Analyzing Software Evolution through Feature Views

Greevy, Orla; Ducasse, Stéphane; Gîrba, Tudor (2006). Analyzing Software Evolution through Feature Views. Journal of software maintenance and evolution - research and practice, 18(6), pp. 425-456. Chichester: John Wiley & Sons, Ltd. 10.1002/smr.340

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Features encapsulate the domain knowledge of a software system and thus are valuable sources of information for a reverse engineer. When analyzing the evolution of a system, we need to know how and which features were modified to recover both the change intention and its extent, namely which source artifacts are affected. Typically, the implementation of a feature crosscuts a number of source artifacts. To obtain a mapping between features to the source artifacts, we exercise the features and capture their execution traces. However this results in large traces that are difficult to interpret. To tackle this issue we compact the traces into simple sets of source artifacts that participate in a feature's runtime behavior. We refer to these compacted traces as feature views. Within a feature view, we partition the source artifacts into disjoint sets of characterized software entities. The characterization defines the level of participation of a source entity in the features. We then analyze the features over several versions of a system and we plot their evolution to reveal how and hich features were affected by changes in the code. We show the usefulness of our approach by applying it to a case study where we address the problem of merging parallel development tracks of the same system.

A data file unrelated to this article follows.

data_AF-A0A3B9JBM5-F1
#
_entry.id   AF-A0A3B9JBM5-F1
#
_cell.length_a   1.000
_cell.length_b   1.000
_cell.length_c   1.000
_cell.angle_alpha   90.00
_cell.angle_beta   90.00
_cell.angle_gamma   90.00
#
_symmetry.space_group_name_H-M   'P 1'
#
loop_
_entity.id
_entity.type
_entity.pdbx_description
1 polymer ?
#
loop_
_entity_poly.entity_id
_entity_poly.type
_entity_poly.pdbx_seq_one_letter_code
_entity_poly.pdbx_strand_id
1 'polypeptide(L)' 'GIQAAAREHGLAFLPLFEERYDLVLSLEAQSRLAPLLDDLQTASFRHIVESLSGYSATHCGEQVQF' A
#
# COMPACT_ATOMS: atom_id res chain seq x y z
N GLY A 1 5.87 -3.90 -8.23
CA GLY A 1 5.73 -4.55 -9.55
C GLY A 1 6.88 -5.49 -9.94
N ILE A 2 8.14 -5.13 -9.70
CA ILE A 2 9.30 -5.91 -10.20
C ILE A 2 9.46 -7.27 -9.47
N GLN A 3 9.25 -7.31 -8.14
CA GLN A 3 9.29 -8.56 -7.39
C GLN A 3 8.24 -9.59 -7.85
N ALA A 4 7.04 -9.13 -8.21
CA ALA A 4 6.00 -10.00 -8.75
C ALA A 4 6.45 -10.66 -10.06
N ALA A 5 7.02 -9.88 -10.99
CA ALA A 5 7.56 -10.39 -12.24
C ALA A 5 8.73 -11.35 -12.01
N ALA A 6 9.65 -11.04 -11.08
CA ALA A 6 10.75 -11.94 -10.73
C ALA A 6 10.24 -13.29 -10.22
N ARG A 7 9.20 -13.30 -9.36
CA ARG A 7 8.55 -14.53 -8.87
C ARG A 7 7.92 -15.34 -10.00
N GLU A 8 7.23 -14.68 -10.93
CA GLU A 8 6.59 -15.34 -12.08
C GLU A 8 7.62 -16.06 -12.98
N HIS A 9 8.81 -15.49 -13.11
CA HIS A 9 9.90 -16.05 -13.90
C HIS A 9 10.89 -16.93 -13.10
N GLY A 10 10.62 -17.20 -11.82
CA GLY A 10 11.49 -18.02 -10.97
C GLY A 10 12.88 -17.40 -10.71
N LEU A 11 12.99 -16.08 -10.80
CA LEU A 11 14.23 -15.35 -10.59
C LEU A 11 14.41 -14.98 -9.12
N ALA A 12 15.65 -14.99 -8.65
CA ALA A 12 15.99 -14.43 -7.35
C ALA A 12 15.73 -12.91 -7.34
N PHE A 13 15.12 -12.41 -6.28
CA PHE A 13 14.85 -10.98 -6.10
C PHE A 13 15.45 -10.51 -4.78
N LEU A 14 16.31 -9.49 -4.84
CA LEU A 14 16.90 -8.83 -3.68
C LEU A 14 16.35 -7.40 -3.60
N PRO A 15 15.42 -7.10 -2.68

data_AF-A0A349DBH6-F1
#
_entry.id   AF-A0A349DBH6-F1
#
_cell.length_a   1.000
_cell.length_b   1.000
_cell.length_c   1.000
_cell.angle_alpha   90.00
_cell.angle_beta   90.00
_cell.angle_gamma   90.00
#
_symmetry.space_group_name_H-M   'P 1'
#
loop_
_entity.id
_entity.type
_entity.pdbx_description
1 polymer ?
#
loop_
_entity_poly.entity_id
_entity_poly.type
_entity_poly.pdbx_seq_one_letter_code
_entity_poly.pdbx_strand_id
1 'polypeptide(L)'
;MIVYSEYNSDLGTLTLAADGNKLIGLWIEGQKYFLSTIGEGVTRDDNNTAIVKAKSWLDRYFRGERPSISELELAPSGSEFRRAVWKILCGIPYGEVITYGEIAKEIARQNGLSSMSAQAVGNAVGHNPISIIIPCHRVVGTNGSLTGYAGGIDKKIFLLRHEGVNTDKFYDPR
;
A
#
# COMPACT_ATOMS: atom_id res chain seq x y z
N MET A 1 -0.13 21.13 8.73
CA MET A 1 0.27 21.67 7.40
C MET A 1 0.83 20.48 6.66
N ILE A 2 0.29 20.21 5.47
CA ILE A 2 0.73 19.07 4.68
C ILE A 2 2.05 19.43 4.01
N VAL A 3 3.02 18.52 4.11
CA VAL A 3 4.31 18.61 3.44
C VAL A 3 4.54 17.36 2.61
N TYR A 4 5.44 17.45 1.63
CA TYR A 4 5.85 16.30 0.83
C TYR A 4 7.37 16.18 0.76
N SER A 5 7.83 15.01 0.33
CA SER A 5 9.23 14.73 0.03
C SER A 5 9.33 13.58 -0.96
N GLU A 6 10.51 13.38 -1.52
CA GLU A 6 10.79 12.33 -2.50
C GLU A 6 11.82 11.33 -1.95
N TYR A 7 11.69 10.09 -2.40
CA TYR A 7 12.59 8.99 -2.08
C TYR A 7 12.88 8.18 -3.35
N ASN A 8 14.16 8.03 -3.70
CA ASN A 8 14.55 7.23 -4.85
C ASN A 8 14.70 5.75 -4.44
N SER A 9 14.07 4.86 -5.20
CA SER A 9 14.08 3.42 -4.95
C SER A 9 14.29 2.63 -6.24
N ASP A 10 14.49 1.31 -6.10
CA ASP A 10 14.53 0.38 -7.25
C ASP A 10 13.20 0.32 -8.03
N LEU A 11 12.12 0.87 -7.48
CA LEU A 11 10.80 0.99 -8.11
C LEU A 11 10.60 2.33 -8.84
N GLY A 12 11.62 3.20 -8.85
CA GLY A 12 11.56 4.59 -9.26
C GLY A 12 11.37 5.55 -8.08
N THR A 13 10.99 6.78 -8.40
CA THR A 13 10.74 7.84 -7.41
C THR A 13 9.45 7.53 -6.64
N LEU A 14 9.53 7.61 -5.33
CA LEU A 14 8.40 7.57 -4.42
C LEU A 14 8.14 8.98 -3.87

Item Type: Journal Article (Original Article)
Division/Institute: 08 Faculty of Science > Institute of Computer Science (INF)
UniBE Contributor: Greevy, Orla; Ducasse, Stephane and Girba, Tudor Adrian
ISSN: 1532-060X
Publisher: John Wiley & Sons, Ltd.
Language: English
Submitter: Factscience Import
Date Deposited: 04 Oct 2013 14:47
Last Modified: 06 Dec 2013 13:42
Publisher DOI: 10.1002/smr.340
Web of Science ID: 000245695700002
URI: (FactScience: 2014)

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